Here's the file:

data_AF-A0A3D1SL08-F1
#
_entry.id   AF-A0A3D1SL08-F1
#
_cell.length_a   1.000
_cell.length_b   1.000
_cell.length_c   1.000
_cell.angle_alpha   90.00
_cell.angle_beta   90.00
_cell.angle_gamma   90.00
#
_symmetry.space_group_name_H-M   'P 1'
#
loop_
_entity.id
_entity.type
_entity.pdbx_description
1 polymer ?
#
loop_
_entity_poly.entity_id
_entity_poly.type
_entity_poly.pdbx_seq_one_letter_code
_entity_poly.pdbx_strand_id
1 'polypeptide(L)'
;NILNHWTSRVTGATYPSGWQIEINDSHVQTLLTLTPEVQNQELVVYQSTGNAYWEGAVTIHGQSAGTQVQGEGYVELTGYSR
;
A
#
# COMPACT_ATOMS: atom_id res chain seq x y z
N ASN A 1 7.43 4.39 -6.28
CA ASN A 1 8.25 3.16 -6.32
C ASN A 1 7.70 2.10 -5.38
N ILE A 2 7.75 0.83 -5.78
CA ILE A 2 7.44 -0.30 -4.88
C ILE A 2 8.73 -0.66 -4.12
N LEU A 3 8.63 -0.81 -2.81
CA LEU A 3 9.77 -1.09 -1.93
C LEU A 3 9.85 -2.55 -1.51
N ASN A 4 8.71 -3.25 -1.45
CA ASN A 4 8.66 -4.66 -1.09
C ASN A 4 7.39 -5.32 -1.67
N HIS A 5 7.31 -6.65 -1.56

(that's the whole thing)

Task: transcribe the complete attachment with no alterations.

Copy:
data_AF-A0A3D1SL08-F1
#
_entry.id   AF-A0A3D1SL08-F1
#
_cell.length_a   1.000
_cell.length_b   1.000
_cell.length_c   1.000
_cell.angle_alpha   90.00
_cell.angle_beta   90.00
_cell.angle_gamma   90.00
#
_symmetry.space_group_name_H-M   'P 1'
#
loop_
_entity.id
_entity.type
_entity.pdbx_description
1 polymer ?
#
loop_
_entity_poly.entity_id
_entity_poly.type
_entity_poly.pdbx_seq_one_letter_code
_entity_poly.pdbx_strand_id
1 'polypeptide(L)'
;NILNHWTSRVTGATYPSGWQIEINDSHVQTLLTLTPEVQNQELVVYQSTGNAYWEGAVTIHGQSAGTQVQGEGYVELTGYSR
;
A
#
# COMPACT_ATOMS: atom_id res chain seq x y z
N ASN A 1 7.43 4.39 -6.28
CA ASN A 1 8.25 3.16 -6.32
C ASN A 1 7.70 2.10 -5.38
N ILE A 2 7.75 0.83 -5.78
CA ILE A 2 7.44 -0.30 -4.88
C ILE A 2 8.73 -0.66 -4.12
N LEU A 3 8.63 -0.81 -2.81
CA LEU A 3 9.77 -1.09 -1.93
C LEU A 3 9.85 -2.55 -1.51
N ASN A 4 8.71 -3.25 -1.45
CA ASN A 4 8.66 -4.66 -1.09
C ASN A 4 7.39 -5.32 -1.67
N HIS A 5 7.31 -6.65 -1.56